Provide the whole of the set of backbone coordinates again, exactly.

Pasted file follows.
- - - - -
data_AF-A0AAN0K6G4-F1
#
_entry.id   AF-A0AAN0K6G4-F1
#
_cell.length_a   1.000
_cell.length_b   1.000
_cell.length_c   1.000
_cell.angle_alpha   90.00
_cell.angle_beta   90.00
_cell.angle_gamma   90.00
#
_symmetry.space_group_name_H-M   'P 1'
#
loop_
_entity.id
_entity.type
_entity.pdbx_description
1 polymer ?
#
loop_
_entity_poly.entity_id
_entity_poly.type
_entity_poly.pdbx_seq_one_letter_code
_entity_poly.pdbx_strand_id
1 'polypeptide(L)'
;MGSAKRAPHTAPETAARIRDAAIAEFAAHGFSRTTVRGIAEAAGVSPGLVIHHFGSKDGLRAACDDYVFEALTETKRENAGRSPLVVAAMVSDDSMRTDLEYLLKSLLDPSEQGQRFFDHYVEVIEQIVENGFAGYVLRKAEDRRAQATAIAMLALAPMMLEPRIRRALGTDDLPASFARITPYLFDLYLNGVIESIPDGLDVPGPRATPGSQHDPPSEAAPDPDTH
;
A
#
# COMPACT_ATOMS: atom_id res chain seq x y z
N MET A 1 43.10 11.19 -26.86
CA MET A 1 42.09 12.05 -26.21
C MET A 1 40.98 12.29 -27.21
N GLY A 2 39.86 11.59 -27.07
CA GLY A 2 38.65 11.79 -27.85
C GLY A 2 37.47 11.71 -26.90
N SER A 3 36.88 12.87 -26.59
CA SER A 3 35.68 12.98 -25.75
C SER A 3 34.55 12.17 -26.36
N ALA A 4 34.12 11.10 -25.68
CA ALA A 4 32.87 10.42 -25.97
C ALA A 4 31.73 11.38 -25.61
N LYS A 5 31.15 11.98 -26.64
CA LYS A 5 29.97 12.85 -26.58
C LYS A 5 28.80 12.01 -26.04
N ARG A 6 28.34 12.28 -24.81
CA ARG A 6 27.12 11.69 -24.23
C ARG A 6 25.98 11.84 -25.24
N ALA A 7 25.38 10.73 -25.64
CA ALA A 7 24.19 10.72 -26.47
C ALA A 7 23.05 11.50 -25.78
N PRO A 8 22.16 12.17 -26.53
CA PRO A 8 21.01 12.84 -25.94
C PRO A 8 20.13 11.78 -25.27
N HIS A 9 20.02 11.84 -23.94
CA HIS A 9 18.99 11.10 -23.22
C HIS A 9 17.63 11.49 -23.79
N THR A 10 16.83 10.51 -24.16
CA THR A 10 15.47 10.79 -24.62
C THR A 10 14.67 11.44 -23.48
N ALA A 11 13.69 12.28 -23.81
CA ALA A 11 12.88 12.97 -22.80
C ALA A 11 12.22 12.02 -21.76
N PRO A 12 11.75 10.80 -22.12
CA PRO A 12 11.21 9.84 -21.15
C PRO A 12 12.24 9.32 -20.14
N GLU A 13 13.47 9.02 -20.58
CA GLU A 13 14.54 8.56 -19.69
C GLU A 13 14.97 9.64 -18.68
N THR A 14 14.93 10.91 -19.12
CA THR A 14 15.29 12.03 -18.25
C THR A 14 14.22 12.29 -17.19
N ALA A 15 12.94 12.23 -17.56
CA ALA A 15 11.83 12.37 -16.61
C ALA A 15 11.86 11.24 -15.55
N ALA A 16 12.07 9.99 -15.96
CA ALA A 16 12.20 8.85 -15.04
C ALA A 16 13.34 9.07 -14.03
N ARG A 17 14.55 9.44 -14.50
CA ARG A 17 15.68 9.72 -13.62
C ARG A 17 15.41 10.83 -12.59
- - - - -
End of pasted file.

data_AF-A0AAN0K6G4-F1
#
_entry.id   AF-A0AAN0K6G4-F1
#
_cell.length_a   1.000
_cell.length_b   1.000
_cell.length_c   1.000
_cell.angle_alpha   90.00
_cell.angle_beta   90.00
_cell.angle_gamma   90.00
#
_symmetry.space_group_name_H-M   'P 1'
#
loop_
_entity.id
_entity.type
_entity.pdbx_description
1 polymer ?
#
loop_
_entity_poly.entity_id
_entity_poly.type
_entity_poly.pdbx_seq_one_letter_code
_entity_poly.pdbx_strand_id
1 'polypeptide(L)'
;MGSAKRAPHTAPETAARIRDAAIAEFAAHGFSRTTVRGIAEAAGVSPGLVIHHFGSKDGLRAACDDYVFEALTETKRENAGRSPLVVAAMVSDDSMRTDLEYLLKSLLDPSEQGQRFFDHYVEVIEQIVENGFAGYVLRKAEDRRAQATAIAMLALAPMMLEPRIRRALGTDDLPASFARITPYLFDLYLNGVIESIPDGLDVPGPRATPGSQHDPPSEAAPDPDTH
;
A
#
# COMPACT_ATOMS: atom_id res chain seq x y z
N MET A 1 43.10 11.19 -26.86
CA MET A 1 42.09 12.05 -26.21
C MET A 1 40.98 12.29 -27.21
N GLY A 2 39.86 11.59 -27.07
CA GLY A 2 38.65 11.79 -27.85
C GLY A 2 37.47 11.71 -26.90
N SER A 3 36.88 12.87 -26.59
CA SER A 3 35.68 12.98 -25.75
C SER A 3 34.55 12.17 -26.36
N ALA A 4 34.12 11.10 -25.68
CA ALA A 4 32.87 10.42 -25.97
C ALA A 4 31.73 11.38 -25.61
N LYS A 5 31.15 11.98 -26.64
CA LYS A 5 29.97 12.85 -26.58
C LYS A 5 28.80 12.01 -26.04
N ARG A 6 28.34 12.28 -24.81
CA ARG A 6 27.12 11.69 -24.23
C ARG A 6 25.98 11.84 -25.24
N ALA A 7 25.38 10.73 -25.64
CA ALA A 7 24.19 10.72 -26.47
C ALA A 7 23.05 11.50 -25.78
N PRO A 8 22.16 12.17 -26.53
CA PRO A 8 21.01 12.84 -25.94
C PRO A 8 20.13 11.78 -25.27
N HIS A 9 20.02 11.84 -23.94
CA HIS A 9 18.99 11.10 -23.22
C HIS A 9 17.63 11.49 -23.79
N THR A 10 16.83 10.51 -24.16
CA THR A 10 15.47 10.79 -24.62
C THR A 10 14.67 11.44 -23.48
N ALA A 11 13.69 12.28 -23.81
CA ALA A 11 12.88 12.97 -22.80
C ALA A 11 12.22 12.02 -21.76
N PRO A 12 11.75 10.80 -22.12
CA PRO A 12 11.21 9.84 -21.15
C PRO A 12 12.24 9.32 -20.14
N GLU A 13 13.47 9.02 -20.58
CA GLU A 13 14.54 8.56 -19.69
C GLU A 13 14.97 9.64 -18.68
N THR A 14 14.93 10.91 -19.12
CA THR A 14 15.29 12.03 -18.25
C THR A 14 14.22 12.29 -17.19
N ALA A 15 12.94 12.23 -17.56
CA ALA A 15 11.83 12.37 -16.61
C ALA A 15 11.86 11.24 -15.55
N ALA A 16 12.07 9.99 -15.96
CA ALA A 16 12.20 8.85 -15.04
C ALA A 16 13.34 9.07 -14.03
N ARG A 17 14.55 9.44 -14.50
CA ARG A 17 15.68 9.72 -13.62
C ARG A 17 15.41 10.83 -12.59